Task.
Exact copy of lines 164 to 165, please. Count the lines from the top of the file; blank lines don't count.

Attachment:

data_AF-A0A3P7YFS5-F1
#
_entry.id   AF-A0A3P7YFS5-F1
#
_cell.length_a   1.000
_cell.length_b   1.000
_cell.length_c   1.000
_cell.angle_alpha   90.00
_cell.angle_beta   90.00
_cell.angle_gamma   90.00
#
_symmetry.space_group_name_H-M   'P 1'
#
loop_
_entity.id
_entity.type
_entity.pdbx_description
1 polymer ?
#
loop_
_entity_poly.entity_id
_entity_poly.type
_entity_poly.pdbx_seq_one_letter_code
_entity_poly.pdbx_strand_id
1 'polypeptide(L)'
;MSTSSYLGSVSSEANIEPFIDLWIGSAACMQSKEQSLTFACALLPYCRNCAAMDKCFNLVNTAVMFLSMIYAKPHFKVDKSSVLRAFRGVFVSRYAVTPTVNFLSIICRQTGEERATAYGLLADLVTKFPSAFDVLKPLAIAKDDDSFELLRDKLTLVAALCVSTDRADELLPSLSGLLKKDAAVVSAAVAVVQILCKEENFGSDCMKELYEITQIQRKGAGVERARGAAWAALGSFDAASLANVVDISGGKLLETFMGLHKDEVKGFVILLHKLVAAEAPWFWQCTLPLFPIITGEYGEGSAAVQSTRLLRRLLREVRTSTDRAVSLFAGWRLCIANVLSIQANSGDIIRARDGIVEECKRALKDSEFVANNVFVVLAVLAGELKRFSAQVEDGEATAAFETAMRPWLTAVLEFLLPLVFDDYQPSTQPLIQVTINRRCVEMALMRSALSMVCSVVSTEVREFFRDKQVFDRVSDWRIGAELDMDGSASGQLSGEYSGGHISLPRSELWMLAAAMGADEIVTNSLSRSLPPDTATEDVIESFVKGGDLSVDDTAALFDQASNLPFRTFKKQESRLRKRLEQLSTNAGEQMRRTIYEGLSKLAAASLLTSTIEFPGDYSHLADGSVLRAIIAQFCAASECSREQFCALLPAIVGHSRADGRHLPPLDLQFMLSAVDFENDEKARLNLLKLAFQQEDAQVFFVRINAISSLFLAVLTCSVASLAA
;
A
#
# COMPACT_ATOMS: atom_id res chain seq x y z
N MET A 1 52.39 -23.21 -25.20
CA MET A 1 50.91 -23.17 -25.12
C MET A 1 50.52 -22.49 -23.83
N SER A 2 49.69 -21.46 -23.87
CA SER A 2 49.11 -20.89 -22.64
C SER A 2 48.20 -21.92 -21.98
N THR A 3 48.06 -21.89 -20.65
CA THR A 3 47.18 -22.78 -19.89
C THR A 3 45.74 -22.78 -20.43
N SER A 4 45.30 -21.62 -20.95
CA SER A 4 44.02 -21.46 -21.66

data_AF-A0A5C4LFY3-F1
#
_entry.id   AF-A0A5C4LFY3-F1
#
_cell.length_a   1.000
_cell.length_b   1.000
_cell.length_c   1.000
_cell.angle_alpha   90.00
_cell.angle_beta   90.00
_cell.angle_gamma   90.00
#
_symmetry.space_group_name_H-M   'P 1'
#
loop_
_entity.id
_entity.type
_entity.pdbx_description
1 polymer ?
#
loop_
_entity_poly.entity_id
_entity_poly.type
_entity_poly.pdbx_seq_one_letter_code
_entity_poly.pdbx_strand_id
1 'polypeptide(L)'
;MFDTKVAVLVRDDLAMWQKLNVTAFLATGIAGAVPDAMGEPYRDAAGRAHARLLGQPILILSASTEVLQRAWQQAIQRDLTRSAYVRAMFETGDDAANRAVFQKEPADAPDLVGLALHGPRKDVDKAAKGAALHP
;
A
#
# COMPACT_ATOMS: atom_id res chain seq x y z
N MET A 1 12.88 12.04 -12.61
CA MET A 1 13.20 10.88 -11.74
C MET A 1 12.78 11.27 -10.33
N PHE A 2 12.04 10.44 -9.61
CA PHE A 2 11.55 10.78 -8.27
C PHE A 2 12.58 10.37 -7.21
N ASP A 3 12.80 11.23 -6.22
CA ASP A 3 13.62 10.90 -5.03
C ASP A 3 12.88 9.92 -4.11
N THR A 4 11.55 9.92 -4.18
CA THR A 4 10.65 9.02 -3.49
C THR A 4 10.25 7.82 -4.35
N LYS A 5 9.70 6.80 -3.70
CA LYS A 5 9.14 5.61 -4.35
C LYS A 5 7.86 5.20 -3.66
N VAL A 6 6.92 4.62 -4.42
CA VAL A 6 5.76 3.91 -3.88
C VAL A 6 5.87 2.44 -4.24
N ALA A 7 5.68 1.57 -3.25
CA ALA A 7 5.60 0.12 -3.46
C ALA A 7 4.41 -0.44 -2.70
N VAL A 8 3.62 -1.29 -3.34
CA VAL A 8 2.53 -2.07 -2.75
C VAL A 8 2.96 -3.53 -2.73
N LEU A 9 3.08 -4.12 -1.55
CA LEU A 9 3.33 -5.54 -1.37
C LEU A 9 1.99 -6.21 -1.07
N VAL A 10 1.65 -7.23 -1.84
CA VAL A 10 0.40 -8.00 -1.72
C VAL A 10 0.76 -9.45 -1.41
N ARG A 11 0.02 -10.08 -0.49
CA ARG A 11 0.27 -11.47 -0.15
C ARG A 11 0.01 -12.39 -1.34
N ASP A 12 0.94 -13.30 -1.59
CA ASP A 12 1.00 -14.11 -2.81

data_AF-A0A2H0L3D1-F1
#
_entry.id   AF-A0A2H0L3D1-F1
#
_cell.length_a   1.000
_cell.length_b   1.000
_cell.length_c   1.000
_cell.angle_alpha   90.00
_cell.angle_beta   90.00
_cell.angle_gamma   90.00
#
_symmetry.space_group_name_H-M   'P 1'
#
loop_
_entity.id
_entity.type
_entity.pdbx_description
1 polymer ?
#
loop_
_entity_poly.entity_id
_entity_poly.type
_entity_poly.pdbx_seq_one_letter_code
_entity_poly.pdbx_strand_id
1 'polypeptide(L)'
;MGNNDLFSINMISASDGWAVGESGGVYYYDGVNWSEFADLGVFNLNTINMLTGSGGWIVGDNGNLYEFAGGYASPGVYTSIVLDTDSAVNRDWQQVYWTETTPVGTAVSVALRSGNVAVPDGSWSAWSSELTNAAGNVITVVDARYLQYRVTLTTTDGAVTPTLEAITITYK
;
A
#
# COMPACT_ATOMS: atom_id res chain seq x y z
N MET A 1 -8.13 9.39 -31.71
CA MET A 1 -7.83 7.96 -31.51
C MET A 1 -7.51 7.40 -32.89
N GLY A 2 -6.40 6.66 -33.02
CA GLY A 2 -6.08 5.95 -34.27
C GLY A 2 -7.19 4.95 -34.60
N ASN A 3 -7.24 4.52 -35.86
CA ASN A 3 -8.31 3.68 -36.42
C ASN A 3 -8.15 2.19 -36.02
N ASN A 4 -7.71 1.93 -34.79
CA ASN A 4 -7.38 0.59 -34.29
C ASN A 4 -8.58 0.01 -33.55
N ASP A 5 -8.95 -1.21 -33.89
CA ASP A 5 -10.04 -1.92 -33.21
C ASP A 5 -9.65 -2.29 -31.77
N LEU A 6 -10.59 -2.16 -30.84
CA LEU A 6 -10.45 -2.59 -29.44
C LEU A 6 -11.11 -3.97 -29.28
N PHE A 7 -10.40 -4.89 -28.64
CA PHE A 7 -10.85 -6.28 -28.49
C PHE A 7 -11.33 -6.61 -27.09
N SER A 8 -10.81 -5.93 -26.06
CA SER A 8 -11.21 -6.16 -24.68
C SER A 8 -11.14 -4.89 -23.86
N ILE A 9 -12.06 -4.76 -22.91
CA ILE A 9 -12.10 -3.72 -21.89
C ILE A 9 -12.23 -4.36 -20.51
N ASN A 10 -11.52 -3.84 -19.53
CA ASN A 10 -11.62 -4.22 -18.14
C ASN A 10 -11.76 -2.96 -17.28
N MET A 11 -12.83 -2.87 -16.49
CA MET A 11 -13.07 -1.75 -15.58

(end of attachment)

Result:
N ASN A 10 -11.52 -3.84 -19.53
CA ASN A 10 -11.62 -4.22 -18.14